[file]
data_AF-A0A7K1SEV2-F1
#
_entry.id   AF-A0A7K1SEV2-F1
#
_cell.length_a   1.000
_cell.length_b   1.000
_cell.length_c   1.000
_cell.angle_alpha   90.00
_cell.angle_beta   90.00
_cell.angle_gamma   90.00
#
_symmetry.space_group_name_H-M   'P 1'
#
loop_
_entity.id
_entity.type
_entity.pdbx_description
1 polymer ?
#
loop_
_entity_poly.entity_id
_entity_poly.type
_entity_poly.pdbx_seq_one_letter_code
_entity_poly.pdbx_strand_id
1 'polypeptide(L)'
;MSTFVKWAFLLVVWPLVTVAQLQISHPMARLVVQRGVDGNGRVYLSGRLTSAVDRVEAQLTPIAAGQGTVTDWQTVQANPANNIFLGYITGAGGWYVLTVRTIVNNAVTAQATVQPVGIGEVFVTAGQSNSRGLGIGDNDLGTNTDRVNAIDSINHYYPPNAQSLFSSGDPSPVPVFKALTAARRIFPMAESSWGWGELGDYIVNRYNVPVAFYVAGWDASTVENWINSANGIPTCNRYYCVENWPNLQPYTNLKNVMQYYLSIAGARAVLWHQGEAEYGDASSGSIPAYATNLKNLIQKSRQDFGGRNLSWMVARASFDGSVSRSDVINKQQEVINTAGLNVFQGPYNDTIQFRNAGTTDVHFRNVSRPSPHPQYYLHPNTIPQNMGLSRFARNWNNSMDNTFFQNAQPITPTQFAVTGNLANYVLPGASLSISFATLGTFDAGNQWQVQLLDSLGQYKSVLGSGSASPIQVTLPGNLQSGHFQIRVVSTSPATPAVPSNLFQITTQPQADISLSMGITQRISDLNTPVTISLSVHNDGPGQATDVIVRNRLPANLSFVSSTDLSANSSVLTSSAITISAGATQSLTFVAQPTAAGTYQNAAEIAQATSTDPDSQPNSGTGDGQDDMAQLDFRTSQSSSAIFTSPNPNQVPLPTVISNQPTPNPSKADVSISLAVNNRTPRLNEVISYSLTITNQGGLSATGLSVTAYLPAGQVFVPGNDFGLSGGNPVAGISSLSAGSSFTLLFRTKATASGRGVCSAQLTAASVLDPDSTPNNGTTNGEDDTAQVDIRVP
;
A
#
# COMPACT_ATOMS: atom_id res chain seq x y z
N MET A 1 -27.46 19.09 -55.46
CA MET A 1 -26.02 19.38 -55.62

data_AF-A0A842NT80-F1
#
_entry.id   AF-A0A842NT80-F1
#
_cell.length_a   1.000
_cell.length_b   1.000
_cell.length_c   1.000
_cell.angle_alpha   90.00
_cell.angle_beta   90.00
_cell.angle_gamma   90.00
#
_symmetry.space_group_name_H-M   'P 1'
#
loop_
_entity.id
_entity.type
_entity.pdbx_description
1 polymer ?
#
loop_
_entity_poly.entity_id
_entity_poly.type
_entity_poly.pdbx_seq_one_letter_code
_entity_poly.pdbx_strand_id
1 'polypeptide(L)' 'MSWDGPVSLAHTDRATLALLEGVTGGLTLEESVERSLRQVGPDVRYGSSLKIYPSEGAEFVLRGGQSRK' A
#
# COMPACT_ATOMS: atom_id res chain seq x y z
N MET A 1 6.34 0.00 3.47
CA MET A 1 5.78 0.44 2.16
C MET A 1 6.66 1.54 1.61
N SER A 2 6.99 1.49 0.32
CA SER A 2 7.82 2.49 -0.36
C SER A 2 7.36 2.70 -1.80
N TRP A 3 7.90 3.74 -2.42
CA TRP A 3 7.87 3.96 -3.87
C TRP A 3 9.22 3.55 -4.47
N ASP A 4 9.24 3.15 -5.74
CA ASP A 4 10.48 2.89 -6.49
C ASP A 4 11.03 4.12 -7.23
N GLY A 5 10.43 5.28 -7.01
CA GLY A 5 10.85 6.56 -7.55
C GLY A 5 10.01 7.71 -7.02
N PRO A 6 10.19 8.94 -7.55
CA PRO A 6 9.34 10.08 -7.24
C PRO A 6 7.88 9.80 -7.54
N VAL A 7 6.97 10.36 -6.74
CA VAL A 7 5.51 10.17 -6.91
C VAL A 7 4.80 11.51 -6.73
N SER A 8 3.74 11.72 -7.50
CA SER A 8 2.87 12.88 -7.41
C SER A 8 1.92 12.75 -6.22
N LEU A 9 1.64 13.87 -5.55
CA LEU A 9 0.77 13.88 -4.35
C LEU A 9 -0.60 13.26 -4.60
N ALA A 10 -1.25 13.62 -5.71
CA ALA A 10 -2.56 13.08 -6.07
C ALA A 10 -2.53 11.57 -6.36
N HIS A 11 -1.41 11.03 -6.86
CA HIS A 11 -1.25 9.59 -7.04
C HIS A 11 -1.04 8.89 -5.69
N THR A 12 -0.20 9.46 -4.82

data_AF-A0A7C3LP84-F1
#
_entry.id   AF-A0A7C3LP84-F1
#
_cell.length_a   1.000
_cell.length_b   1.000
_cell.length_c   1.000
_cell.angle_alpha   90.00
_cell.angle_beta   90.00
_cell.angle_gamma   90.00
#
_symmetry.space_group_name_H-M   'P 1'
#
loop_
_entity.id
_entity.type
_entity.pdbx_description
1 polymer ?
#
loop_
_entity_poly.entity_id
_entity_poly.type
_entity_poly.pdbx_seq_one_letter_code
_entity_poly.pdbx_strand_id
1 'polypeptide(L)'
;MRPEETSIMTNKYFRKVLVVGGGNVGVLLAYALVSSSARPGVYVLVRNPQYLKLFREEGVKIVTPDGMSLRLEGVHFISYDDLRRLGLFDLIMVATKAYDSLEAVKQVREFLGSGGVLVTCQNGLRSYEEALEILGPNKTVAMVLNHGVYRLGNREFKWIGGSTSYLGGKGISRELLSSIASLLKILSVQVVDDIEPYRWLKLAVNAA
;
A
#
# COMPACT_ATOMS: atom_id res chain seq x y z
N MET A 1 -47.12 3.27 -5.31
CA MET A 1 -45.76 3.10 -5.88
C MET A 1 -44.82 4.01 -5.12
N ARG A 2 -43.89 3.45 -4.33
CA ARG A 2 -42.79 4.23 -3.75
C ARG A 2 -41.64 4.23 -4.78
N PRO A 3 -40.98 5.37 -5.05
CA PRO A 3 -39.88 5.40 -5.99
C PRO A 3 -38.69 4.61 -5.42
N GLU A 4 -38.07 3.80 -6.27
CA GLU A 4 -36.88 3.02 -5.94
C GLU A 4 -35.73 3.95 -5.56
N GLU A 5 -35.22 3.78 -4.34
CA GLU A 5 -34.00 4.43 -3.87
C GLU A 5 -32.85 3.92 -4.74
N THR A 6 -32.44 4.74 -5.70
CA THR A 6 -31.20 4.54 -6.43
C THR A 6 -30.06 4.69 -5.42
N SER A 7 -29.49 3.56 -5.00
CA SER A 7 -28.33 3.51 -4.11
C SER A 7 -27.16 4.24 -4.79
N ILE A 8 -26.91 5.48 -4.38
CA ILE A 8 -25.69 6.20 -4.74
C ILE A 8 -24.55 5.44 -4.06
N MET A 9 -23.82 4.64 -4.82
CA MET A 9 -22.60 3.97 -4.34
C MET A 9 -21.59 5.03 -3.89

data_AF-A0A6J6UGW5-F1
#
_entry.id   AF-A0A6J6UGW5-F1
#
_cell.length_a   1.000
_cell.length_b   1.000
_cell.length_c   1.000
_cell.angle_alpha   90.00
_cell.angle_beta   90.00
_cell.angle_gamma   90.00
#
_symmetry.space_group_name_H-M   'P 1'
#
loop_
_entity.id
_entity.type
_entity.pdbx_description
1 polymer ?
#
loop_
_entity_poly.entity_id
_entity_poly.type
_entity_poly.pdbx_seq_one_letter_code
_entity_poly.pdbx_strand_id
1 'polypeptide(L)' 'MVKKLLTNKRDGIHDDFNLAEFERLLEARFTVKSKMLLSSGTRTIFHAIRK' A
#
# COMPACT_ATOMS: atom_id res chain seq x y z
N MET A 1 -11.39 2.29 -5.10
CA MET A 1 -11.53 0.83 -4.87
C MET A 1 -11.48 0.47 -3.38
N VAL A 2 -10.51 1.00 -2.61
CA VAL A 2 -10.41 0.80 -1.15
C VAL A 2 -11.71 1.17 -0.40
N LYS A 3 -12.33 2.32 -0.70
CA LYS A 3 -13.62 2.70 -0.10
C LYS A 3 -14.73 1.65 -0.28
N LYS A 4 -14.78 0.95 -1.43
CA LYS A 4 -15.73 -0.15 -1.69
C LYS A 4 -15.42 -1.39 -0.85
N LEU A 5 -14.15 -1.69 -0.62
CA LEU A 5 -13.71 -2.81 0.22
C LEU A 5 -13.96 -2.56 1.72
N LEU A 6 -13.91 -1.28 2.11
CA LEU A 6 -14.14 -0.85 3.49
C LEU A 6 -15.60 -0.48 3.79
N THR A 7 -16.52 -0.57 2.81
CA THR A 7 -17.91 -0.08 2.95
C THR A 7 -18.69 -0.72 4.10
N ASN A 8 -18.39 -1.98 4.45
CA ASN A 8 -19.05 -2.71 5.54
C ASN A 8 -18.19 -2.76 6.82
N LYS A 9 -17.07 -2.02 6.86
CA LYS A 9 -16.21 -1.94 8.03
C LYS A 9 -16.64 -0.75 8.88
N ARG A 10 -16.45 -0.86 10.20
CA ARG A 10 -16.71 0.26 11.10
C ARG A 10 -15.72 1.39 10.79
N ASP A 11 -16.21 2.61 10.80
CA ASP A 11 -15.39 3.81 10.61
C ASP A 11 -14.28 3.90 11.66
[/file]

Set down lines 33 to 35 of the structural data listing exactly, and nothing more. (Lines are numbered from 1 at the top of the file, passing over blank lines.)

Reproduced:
data_AF-A0A842NT80-F1
#
_entry.id   AF-A0A842NT80-F1